The Science of Survivorship from a Personal Perspective
NCI is dedicated to science at the highest level: research that leads to effective interventions with reduced toxicity; diagnosis at earlier, more treatable stages; and prevention strategies based on a molecular understanding of carcinogenesis and targeted interventions. But our mission to reduce the burden of cancer doesn't end there. A vital component of NCI's research focuses on America's growing population of cancer survivors, who now number more than 10 million, up from only 3 million in 1971.
For a great many patients, cancer's effects continue long after treatment is completed. Consequently, NCI's survivorship science, under the leadership of the Office of Cancer Survivorship (OCS), seeks to understand, for example, why two patients with strikingly similar tumors may face starkly different possibilities of future disease recurrence. We also track and study the experiences of former patients in order to obtain deeper knowledge about the posttreatment effects of cancer drugs and devices. And we seek answers about how patients can better cope with the emotional and financial pressures that may result from successful treatment.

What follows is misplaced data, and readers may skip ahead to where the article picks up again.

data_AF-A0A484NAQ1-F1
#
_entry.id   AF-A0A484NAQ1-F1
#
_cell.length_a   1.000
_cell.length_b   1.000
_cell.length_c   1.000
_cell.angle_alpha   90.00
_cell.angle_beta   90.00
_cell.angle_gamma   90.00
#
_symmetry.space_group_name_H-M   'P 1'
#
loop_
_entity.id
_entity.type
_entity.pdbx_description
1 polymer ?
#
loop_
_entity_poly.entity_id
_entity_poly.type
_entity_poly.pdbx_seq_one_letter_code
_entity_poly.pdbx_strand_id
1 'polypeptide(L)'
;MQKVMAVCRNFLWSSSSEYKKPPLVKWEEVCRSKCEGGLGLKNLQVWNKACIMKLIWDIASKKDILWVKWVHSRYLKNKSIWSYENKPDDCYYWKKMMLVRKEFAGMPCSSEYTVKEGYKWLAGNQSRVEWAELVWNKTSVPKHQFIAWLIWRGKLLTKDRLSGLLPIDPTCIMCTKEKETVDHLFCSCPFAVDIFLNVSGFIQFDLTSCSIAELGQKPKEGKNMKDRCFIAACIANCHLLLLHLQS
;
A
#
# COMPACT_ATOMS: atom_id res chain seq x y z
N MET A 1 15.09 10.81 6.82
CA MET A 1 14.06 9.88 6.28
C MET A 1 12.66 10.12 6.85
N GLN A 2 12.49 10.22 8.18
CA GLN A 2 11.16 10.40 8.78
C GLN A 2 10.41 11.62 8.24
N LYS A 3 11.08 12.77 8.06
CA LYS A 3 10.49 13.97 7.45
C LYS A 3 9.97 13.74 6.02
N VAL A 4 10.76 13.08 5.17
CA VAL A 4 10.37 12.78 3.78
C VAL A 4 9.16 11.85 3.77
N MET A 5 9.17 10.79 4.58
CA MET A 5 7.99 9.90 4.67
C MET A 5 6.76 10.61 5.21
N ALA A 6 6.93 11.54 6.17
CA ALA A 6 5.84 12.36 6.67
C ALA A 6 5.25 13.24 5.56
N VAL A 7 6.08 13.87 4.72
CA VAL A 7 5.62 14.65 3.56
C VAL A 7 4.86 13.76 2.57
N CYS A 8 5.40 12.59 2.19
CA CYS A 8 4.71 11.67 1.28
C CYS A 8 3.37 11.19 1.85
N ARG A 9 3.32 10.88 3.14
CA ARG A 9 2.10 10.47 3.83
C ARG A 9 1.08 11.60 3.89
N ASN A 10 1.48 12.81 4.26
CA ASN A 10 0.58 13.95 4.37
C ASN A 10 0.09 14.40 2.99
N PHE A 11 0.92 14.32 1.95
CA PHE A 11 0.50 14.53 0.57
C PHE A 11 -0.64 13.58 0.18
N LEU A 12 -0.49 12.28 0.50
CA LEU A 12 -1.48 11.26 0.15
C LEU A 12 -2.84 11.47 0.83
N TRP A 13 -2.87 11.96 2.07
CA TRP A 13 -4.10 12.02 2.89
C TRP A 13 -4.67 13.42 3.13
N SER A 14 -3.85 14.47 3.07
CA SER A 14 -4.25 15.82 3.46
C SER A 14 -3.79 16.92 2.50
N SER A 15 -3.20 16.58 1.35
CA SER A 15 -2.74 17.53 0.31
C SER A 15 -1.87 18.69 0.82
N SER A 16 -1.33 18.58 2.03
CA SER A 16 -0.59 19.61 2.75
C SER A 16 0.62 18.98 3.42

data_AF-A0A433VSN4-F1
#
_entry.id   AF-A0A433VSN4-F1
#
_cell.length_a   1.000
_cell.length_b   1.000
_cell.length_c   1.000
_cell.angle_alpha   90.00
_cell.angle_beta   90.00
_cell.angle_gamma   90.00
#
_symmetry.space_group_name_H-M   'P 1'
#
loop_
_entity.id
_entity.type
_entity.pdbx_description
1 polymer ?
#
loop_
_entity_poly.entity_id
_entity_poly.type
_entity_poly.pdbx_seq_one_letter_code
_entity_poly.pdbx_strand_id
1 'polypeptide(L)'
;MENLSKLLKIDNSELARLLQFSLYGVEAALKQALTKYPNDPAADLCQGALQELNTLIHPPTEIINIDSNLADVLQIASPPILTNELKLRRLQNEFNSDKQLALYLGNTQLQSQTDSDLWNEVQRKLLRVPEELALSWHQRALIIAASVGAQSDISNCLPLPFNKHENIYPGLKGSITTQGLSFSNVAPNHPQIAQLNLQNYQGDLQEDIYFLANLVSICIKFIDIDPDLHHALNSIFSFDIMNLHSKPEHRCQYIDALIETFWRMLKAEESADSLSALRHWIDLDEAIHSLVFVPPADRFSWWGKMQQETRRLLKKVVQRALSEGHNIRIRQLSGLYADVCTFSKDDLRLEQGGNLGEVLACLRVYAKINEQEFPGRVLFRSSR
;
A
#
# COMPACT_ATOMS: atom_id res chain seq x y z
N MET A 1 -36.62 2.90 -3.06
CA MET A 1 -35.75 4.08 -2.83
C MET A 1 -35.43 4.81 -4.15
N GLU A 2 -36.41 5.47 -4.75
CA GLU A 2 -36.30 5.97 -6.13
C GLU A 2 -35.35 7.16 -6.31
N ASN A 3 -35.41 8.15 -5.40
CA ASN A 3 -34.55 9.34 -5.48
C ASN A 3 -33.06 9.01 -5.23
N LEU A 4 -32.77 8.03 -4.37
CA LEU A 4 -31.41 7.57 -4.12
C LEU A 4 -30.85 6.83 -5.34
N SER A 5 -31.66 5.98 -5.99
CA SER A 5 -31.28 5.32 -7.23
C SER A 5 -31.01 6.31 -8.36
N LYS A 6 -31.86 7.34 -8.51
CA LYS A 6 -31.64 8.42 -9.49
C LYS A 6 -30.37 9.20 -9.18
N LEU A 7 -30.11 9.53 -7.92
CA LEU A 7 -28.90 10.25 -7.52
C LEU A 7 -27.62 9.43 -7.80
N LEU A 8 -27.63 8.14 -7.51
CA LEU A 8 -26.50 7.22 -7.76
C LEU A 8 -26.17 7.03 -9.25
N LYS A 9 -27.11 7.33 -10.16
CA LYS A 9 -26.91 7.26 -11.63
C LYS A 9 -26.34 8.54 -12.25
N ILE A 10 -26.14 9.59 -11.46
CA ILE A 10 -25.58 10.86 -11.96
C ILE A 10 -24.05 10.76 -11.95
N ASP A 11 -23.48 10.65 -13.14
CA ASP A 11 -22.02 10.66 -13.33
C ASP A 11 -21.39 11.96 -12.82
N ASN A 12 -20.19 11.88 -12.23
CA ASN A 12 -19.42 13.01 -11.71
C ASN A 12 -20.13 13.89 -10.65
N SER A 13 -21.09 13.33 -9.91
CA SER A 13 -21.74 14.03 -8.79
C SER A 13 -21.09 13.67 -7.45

This special issue of the NCI Cancer Bulletin on cancer survivorship marks the 10th anniversary of OCS, a founding that owes a great debt to a landmark report developed under the leadership of the National Coalition for Cancer Survivorship. That 1996 paper, Imperatives for Quality Cancer Care: Access, Advocacy, Action & Accountability, called for research on a range of issues, including quality of life and outcomes; the impact and burden of cancer care on caregivers; case management; the effects of cancer on childbearing; and differences in survivorship based on culture and ethnicity.
In its first decade, OCS has blossomed from a fledgling program to a source of solid science that today administers more than 125 research grants and conducts important symposia for the cancer community, such as its recent 3-day conference, "Cancer Survivorship: Embracing the Future," cosponsored by the American Cancer Society (ACS) and the Lance Armstrong Foundation.
Events like this conference remind us that cancer alters not just the lives of patients, but of parents, children, friends, loved ones, and caregivers, all of whom are included in NCI's definition of "survivor." Indeed, for many of our colleagues at NCI, cancer is a personal - as well as a professional - issue, because they are themselves survivors. In honor of loved ones, in tribute to former patients, or in testament to their own cancer battles, a number of NCI staff members have volunteered the photographs you see at the top of this page and the pages that follow. Together we mark a first decade of NCI's OCS, and we look forward to every scientific discovery and new kernel of knowledge OCS will produce in the years ahead.
Dr. John E. Niederhuber